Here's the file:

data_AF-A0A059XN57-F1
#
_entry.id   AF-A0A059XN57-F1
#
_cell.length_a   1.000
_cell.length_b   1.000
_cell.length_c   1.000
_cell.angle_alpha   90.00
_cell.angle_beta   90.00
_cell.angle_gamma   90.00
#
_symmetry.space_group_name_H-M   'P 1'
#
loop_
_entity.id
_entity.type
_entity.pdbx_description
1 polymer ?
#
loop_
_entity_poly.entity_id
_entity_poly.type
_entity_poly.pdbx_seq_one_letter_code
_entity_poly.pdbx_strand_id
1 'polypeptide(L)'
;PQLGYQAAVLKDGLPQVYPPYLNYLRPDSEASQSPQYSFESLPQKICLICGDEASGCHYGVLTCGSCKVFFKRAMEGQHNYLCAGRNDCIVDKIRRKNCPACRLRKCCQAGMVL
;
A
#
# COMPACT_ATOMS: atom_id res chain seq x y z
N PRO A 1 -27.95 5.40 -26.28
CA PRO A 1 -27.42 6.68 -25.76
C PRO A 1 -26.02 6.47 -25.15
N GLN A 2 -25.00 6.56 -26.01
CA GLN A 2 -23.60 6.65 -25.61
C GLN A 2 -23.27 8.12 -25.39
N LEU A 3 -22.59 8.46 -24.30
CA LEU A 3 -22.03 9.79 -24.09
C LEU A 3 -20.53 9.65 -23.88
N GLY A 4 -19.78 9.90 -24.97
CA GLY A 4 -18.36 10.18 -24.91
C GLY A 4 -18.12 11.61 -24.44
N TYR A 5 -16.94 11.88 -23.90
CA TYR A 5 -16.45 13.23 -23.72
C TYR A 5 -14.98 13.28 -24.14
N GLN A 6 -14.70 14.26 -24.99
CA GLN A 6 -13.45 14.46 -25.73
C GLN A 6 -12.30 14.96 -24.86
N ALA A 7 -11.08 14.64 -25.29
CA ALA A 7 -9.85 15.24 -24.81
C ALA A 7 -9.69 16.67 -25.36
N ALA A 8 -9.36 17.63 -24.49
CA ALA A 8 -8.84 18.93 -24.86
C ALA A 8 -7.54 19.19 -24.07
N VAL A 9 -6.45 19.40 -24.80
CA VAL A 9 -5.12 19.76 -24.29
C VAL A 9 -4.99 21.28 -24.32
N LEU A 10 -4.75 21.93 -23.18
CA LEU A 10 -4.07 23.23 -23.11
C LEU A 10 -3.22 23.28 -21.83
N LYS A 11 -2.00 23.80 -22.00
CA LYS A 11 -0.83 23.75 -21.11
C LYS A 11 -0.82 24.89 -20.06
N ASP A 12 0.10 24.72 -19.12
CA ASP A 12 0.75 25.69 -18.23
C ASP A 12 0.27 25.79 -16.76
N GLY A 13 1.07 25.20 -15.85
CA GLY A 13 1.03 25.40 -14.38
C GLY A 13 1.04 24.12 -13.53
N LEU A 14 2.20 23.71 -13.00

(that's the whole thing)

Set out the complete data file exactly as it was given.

data_AF-A0A059XN57-F1
#
_entry.id   AF-A0A059XN57-F1
#
_cell.length_a   1.000
_cell.length_b   1.000
_cell.length_c   1.000
_cell.angle_alpha   90.00
_cell.angle_beta   90.00
_cell.angle_gamma   90.00
#
_symmetry.space_group_name_H-M   'P 1'
#
loop_
_entity.id
_entity.type
_entity.pdbx_description
1 polymer ?
#
loop_
_entity_poly.entity_id
_entity_poly.type
_entity_poly.pdbx_seq_one_letter_code
_entity_poly.pdbx_strand_id
1 'polypeptide(L)'
;PQLGYQAAVLKDGLPQVYPPYLNYLRPDSEASQSPQYSFESLPQKICLICGDEASGCHYGVLTCGSCKVFFKRAMEGQHNYLCAGRNDCIVDKIRRKNCPACRLRKCCQAGMVL
;
A
#
# COMPACT_ATOMS: atom_id res chain seq x y z
N PRO A 1 -27.95 5.40 -26.28
CA PRO A 1 -27.42 6.68 -25.76
C PRO A 1 -26.02 6.47 -25.15
N GLN A 2 -25.00 6.56 -26.01
CA GLN A 2 -23.60 6.65 -25.61
C GLN A 2 -23.27 8.12 -25.39
N LEU A 3 -22.59 8.46 -24.30
CA LEU A 3 -22.03 9.79 -24.09
C LEU A 3 -20.53 9.65 -23.88
N GLY A 4 -19.78 9.90 -24.97
CA GLY A 4 -18.36 10.18 -24.91
C GLY A 4 -18.12 11.61 -24.44
N TYR A 5 -16.94 11.88 -23.90
CA TYR A 5 -16.45 13.23 -23.72
C TYR A 5 -14.98 13.28 -24.14
N GLN A 6 -14.70 14.26 -24.99
CA GLN A 6 -13.45 14.46 -25.73
C GLN A 6 -12.30 14.96 -24.86
N ALA A 7 -11.08 14.64 -25.29
CA ALA A 7 -9.85 15.24 -24.81
C ALA A 7 -9.69 16.67 -25.36
N ALA A 8 -9.36 17.63 -24.49
CA ALA A 8 -8.84 18.93 -24.86
C ALA A 8 -7.54 19.19 -24.07
N VAL A 9 -6.45 19.40 -24.80
CA VAL A 9 -5.12 19.76 -24.29
C VAL A 9 -4.99 21.28 -24.32
N LEU A 10 -4.75 21.93 -23.18
CA LEU A 10 -4.07 23.23 -23.11
C LEU A 10 -3.22 23.28 -21.83
N LYS A 11 -2.00 23.80 -22.00
CA LYS A 11 -0.83 23.75 -21.11
C LYS A 11 -0.82 24.89 -20.06
N ASP A 12 0.10 24.72 -19.12
CA ASP A 12 0.75 25.69 -18.23
C ASP A 12 0.27 25.79 -16.76
N GLY A 13 1.07 25.20 -15.85
CA GLY A 13 1.03 25.40 -14.38
C GLY A 13 1.04 24.12 -13.53
N LEU A 14 2.20 23.71 -13.00